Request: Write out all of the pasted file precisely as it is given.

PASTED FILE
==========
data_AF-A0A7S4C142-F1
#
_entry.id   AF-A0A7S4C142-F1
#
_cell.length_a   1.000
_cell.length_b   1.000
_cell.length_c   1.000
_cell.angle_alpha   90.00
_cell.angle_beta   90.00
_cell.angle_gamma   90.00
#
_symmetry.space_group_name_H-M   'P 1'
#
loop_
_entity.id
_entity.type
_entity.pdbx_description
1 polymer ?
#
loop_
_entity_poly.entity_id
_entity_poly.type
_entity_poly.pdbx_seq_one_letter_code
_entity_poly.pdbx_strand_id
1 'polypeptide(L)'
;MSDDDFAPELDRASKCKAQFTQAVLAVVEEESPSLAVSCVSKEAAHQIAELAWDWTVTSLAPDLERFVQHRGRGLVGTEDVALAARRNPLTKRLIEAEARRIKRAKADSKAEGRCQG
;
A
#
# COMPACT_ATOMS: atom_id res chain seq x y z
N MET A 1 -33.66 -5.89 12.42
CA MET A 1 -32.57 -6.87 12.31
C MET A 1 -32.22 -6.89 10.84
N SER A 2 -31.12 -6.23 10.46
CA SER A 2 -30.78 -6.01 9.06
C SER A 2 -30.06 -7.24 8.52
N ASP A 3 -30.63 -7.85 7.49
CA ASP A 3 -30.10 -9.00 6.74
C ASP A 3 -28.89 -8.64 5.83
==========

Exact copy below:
data_AF-A0A7S4C142-F1
#
_entry.id   AF-A0A7S4C142-F1
#
_cell.length_a   1.000
_cell.length_b   1.000
_cell.length_c   1.000
_cell.angle_alpha   90.00
_cell.angle_beta   90.00
_cell.angle_gamma   90.00
#
_symmetry.space_group_name_H-M   'P 1'
#
loop_
_entity.id
_entity.type
_entity.pdbx_description
1 polymer ?
#
loop_
_entity_poly.entity_id
_entity_poly.type
_entity_poly.pdbx_seq_one_letter_code
_entity_poly.pdbx_strand_id
1 'polypeptide(L)'
;MSDDDFAPELDRASKCKAQFTQAVLAVVEEESPSLAVSCVSKEAAHQIAELAWDWTVTSLAPDLERFVQHRGRGLVGTEDVALAARRNPLTKRLIEAEARRIKRAKADSKAEGRCQG
;
A
#
# COMPACT_ATOMS: atom_id res chain seq x y z
N MET A 1 -33.66 -5.89 12.42
CA MET A 1 -32.57 -6.87 12.31
C MET A 1 -32.22 -6.89 10.84
N SER A 2 -31.12 -6.23 10.46
CA SER A 2 -30.78 -6.01 9.06
C SER A 2 -30.06 -7.24 8.52
N ASP A 3 -30.63 -7.85 7.49
CA ASP A 3 -30.10 -9.00 6.74
C ASP A 3 -28.89 -8.64 5.83